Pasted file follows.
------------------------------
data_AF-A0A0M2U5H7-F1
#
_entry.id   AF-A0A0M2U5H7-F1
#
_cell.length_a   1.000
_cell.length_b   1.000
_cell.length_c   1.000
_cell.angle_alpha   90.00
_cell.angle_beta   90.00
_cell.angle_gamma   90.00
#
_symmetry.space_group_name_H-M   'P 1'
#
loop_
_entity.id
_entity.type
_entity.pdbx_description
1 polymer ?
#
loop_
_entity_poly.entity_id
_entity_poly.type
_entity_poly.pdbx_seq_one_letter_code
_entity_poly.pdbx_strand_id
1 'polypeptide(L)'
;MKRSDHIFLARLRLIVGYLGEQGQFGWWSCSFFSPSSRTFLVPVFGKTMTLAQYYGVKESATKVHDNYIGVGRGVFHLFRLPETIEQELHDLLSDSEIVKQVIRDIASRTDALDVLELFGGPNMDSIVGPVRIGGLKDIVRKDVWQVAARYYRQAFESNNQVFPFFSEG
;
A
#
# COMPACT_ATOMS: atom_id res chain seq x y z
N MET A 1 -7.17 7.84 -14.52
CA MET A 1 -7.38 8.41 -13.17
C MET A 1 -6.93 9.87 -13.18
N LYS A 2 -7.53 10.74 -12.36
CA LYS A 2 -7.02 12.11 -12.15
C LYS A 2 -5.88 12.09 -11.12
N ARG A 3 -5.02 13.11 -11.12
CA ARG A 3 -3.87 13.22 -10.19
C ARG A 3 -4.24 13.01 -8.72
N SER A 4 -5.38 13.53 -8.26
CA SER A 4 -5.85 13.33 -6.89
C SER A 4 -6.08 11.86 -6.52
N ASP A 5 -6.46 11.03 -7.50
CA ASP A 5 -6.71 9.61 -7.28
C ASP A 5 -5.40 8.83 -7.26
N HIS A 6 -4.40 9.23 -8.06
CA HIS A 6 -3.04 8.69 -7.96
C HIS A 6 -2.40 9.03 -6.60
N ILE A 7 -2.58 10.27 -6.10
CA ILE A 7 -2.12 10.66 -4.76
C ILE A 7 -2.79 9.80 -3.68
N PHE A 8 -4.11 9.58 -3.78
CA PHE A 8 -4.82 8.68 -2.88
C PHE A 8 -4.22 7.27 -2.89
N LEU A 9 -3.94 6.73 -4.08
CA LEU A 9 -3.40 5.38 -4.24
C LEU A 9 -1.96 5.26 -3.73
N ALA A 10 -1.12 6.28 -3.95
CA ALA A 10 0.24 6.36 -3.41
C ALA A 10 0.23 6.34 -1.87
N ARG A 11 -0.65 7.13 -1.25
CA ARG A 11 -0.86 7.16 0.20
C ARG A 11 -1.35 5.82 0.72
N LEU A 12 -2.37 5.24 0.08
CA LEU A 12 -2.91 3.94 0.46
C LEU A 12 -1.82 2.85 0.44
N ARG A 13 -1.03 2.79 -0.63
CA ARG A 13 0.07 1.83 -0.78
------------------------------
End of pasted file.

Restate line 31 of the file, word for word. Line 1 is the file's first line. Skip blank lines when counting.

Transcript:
N MET A 1 -7.17 7.84 -14.52